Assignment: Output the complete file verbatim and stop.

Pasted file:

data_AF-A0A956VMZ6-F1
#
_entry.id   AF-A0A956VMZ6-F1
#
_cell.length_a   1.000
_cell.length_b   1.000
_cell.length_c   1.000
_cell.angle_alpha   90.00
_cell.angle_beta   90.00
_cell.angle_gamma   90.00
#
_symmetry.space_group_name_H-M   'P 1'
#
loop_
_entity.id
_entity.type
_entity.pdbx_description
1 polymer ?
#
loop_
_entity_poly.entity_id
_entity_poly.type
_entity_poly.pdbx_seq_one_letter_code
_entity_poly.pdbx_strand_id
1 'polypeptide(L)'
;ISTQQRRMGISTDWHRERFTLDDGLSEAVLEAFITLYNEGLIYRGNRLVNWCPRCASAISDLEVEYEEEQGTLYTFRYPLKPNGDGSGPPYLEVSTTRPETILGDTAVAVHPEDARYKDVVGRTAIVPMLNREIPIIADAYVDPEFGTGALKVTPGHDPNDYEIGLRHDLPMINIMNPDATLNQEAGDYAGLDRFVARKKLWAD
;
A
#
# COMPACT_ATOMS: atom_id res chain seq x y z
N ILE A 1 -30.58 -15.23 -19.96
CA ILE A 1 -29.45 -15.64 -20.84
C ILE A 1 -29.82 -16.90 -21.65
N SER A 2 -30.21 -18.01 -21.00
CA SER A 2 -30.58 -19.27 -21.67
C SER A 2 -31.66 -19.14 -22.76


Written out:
data_AF-A0A956VMZ6-F1
#
_entry.id   AF-A0A956VMZ6-F1
#
_cell.length_a   1.000
_cell.length_b   1.000
_cell.length_c   1.000
_cell.angle_alpha   90.00
_cell.angle_beta   90.00
_cell.angle_gamma   90.00
#
_symmetry.space_group_name_H-M   'P 1'
#
loop_
_entity.id
_entity.type
_entity.pdbx_description
1 polymer ?
#
loop_
_entity_poly.entity_id
_entity_poly.type
_entity_poly.pdbx_seq_one_letter_code
_entity_poly.pdbx_strand_id
1 'polypeptide(L)'
;ISTQQRRMGISTDWHRERFTLDDGLSEAVLEAFITLYNEGLIYRGNRLVNWCPRCASAISDLEVEYEEEQGTLYTFRYPLKPNGDGSGPPYLEVSTTRPETILGDTAVAVHPEDARYKDVVGRTAIVPMLNREIPIIADAYVDPEFGTGALKVTPGHDPNDYEIGLRHDLPMINIMNPDATLNQEAGDYAGLDRFVARKKLWAD
;
A
#
# COMPACT_ATOMS: atom_id res chain seq x y z
N ILE A 1 -30.58 -15.23 -19.96
CA ILE A 1 -29.45 -15.64 -20.84
C ILE A 1 -29.82 -16.90 -21.65
N SER A 2 -30.21 -18.01 -21.00
CA SER A 2 -30.58 -19.27 -21.67
C SER A 2 -31.66 -19.14 -22.76